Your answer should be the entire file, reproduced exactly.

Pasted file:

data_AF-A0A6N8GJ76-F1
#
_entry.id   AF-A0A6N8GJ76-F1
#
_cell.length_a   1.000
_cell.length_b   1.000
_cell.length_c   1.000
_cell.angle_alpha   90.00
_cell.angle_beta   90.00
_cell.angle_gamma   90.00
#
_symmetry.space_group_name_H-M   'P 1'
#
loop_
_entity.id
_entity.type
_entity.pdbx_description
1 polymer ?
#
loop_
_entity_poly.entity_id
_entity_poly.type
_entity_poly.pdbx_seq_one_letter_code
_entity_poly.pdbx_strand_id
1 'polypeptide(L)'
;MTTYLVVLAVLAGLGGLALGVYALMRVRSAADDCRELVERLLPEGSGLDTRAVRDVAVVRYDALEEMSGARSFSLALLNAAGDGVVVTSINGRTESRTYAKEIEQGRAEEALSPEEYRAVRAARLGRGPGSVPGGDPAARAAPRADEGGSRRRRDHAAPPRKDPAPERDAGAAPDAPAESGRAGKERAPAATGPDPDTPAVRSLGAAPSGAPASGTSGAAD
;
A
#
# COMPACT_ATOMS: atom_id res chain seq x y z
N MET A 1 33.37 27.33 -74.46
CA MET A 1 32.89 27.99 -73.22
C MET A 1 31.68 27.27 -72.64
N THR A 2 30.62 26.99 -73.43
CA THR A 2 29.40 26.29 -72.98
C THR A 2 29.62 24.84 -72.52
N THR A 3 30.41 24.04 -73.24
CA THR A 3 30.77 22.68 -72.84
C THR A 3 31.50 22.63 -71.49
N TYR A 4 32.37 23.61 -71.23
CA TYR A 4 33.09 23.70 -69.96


data_AF-A0A6N8GJ76-F1
#
_entry.id   AF-A0A6N8GJ76-F1
#
_cell.length_a   1.000
_cell.length_b   1.000
_cell.length_c   1.000
_cell.angle_alpha   90.00
_cell.angle_beta   90.00
_cell.angle_gamma   90.00
#
_symmetry.space_group_name_H-M   'P 1'
#
loop_
_entity.id
_entity.type
_entity.pdbx_description
1 polymer ?
#
loop_
_entity_poly.entity_id
_entity_poly.type
_entity_poly.pdbx_seq_one_letter_code
_entity_poly.pdbx_strand_id
1 'polypeptide(L)'
;MTTYLVVLAVLAGLGGLALGVYALMRVRSAADDCRELVERLLPEGSGLDTRAVRDVAVVRYDALEEMSGARSFSLALLNAAGDGVVVTSINGRTESRTYAKEIEQGRAEEALSPEEYRAVRAARLGRGPGSVPGGDPAARAAPRADEGGSRRRRDHAAPPRKDPAPERDAGAAPDAPAESGRAGKERAPAATGPDPDTPAVRSLGAAPSGAPASGTSGAAD
;
A
#
# COMPACT_ATOMS: atom_id res chain seq x y z
N MET A 1 33.37 27.33 -74.46
CA MET A 1 32.89 27.99 -73.22
C MET A 1 31.68 27.27 -72.64
N THR A 2 30.62 26.99 -73.43
CA THR A 2 29.40 26.29 -72.98
C THR A 2 29.62 24.84 -72.52
N THR A 3 30.41 24.04 -73.24
CA THR A 3 30.77 22.68 -72.84
C THR A 3 31.50 22.63 -71.49
N TYR A 4 32.37 23.61 -71.23
CA TYR A 4 33.09 23.70 -69.96